Hmmm...You could in the future consider doing this work yourself. I just redid my shower enclosure, fixtures, and plumbing, with no prior experience. It's not that hard to solder a pipe, or put up drywall correctly.


03:27AM | 11/24/06
Member Since: 11/06/02
1280 lifetime posts
It's nice that you can find links that tell you what you want to hear nowadays, but it just ain't always true.

Thirty years ago, it was considered acceptable to install tile over greenboard in wet or damp locations.

but experience has taught us that this will always fail - whether in three years or twenty depends on how much water it is exposed to. Green board is water resistant, not water proof.

Tile sealers are also water resistant and not water proof.

So anyone who doesn't mind taking a chance can go ahead and install over greenboard, but those of us who do appreciate quality and eschew moldy homes use professional installation methods to avoid that.

Excellence is its own reward!


03:51PM | 11/29/06
Member Since: 09/24/06
50 lifetime posts
Well, I apologize...maybe not greenboard. I haven't done that much research on greenboard.

I do know, however, that unless you put up plexiglas or plastic walls, then NOTHING is waterproof, not even cement board. And I don't know that many people who put up plastic panels on their studs.

And you're right...EVERYTHING fails eventually. Whether it's greenboard, cement board, fiberock, or whatever. So that point is irrelevent.

Have you ever seen cracked concrete driveways? Do you know what causes this? Yep, moisture absorption. Concrete and cement are porous.

THIS is fiberock...and the installation instructions clearly state that you can install tiles using adhesive directly on top of the board.

It should be perfectly adequate for most applications.


02:54AM | 11/30/06
Member Since: 11/06/02
1280 lifetime posts
Apparantly you did not read my statements carefully enough. There is a way to make such installs waterproof. you line the studs behind the cement backer with tarpapr or other membrane that laps over the tub lip, following same principles as in any other waterproofing endeavor. It is not hard or expensive.

Taking the attitude that it cannot be done so it shouldn't be attempted to justify using a failing thirty year old process is not beneficial. The industry has moved beyuond that. Time for you to catch up.

Excellence is its own reward!


08:48AM | 11/30/06
Member Since: 09/24/06
50 lifetime posts
So what's to say that you're not just "a link telling me what I DON'T want to hear"? As you say, any information on the internet is potentially doubtful. Even this forum.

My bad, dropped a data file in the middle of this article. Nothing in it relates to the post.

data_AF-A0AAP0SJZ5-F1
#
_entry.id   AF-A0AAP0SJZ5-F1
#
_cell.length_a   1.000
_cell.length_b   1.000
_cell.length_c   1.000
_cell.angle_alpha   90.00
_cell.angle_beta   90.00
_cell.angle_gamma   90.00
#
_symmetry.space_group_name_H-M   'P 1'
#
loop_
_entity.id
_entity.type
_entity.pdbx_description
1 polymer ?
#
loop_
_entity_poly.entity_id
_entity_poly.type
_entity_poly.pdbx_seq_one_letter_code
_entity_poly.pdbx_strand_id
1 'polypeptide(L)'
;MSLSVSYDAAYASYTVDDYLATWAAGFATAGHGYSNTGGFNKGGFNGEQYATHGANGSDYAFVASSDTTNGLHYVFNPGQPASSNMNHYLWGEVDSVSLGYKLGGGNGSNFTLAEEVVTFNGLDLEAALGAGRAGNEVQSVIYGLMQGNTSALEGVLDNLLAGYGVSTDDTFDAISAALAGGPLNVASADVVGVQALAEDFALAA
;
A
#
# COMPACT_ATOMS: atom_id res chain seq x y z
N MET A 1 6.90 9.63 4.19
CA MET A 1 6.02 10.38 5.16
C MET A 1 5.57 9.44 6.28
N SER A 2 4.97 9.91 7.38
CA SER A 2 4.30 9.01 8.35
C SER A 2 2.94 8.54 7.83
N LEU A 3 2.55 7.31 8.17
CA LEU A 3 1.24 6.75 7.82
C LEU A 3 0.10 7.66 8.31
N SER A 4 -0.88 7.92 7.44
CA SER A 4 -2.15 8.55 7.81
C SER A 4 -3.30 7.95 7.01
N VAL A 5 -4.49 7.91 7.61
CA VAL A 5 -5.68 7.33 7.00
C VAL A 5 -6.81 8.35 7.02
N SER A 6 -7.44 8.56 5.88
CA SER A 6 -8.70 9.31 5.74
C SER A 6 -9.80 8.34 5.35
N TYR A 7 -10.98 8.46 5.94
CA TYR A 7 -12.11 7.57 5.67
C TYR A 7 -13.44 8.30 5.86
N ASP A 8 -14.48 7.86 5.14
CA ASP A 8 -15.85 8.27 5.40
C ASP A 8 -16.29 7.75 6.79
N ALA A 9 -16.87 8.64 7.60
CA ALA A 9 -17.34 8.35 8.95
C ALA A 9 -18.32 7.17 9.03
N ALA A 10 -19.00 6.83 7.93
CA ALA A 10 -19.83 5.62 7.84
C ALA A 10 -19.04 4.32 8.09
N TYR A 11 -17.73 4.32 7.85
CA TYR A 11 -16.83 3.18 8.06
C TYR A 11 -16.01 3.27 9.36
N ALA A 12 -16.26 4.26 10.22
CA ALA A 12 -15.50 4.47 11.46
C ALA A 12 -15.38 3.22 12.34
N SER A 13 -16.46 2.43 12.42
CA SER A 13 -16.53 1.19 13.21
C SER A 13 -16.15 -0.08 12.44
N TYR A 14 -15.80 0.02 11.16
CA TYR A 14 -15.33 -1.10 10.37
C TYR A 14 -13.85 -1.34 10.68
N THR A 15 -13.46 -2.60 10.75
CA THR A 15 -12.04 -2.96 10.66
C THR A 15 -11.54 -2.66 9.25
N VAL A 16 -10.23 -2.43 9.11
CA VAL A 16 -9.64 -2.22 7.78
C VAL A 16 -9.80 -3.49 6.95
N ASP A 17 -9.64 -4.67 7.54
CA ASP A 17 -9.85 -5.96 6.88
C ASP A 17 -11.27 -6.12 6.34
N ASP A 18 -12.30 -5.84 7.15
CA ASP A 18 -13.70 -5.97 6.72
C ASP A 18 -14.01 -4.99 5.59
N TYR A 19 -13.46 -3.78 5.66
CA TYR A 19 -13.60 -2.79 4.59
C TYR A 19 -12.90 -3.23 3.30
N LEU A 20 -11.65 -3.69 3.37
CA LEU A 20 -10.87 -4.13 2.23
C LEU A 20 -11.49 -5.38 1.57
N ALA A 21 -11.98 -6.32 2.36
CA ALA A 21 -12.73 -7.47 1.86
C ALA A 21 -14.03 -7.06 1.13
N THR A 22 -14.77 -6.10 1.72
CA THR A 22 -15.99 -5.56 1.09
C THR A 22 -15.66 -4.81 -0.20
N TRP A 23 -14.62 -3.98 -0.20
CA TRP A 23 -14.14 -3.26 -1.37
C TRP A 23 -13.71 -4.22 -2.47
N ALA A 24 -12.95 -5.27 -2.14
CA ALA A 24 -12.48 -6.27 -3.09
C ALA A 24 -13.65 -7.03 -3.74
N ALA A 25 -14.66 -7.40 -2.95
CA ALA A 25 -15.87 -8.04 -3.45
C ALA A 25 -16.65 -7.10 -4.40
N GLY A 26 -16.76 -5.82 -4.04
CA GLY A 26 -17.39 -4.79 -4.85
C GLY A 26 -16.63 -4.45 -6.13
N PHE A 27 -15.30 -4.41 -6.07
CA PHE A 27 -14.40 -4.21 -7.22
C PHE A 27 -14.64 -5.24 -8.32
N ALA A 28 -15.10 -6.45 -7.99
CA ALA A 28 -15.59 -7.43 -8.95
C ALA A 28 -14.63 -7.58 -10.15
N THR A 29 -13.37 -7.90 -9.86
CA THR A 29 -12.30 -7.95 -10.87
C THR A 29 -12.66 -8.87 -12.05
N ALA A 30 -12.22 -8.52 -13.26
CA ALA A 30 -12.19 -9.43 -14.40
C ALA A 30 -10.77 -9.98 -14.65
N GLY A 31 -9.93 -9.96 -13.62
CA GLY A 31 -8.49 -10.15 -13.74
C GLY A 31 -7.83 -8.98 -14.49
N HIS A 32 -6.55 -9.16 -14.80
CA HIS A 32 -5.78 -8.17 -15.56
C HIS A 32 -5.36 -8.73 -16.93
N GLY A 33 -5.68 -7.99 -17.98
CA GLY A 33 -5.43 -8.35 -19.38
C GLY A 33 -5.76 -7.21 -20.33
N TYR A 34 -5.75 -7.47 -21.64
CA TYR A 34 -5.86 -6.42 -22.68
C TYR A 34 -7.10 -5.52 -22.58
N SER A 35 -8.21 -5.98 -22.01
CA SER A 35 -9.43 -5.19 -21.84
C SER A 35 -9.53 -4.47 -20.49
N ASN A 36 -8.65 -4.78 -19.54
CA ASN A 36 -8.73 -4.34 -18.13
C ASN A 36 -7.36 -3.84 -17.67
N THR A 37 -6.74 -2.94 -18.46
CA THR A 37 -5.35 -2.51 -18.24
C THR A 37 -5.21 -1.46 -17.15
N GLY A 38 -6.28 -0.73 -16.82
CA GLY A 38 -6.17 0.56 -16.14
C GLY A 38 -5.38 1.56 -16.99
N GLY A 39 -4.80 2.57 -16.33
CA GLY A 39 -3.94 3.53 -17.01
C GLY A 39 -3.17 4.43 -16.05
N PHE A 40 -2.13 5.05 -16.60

But anyways, now you're changing the subject.

I NEVER said that cement board was not superior to greenboard or regular drywall.

My point is that cement board too will fail under moisture eventually, and that fiberock or greenboard should be sufficient for MOST home shower applications.

The original poster was mentioning that their contractor placed tiles directly on top of the drywall. I am saying there's nothing wrong with this, as long as you have water resistant material.

And yes, according to your methods, the STUDS will be waterproofed, but how does this help the backer board?

The BACKERBOARD , and not the tarpaper, is directly underneath the tile.

I don't see how waterproofing the studs will help stop moisture from getting into the backerboard.

It's not a difficult concept to understand.

The moisture, as you say, penetrates the sealer, the tiles, the adhesive, and the grout, and can get to the backerboard, whatever material it may be.

I can find enough information to prove that fiberock, or even water resistant drywall, can withstand normal shower use, although you probably wouldn't believe me anyways. I honestly don't believe that 99% of the staff at both local building stores I went to would recommend the wrong product, and that the manufacturer would lie and put a 20 year warranty on their product if it was going to fail in 3 years.

That is, Mr. Piffin, unless you prefer saunas or use a pressure washer when you shower...


10:24AM | 11/30/06
Member Since: 11/18/98
187 lifetime posts
This does not have to do with the tile failing. It has to do with mold or rot deep in the walls.

Watch this video you will notice the pros already have the tar paper behind the backerboard.

This is not to protect the tile or backerboard from failure as a small amount of moisture may eventually make it through even cement. What this layer is doing is protecting the studs , the insulation and whatever else may be inside the wall.

Is it code? Is it neccessary?

Maybe not.

Is it an easy layer to do that is cheap and will provide peace of mind? yes.

doug seibert

06:35PM | 11/30/06
Member Since: 08/10/02
842 lifetime posts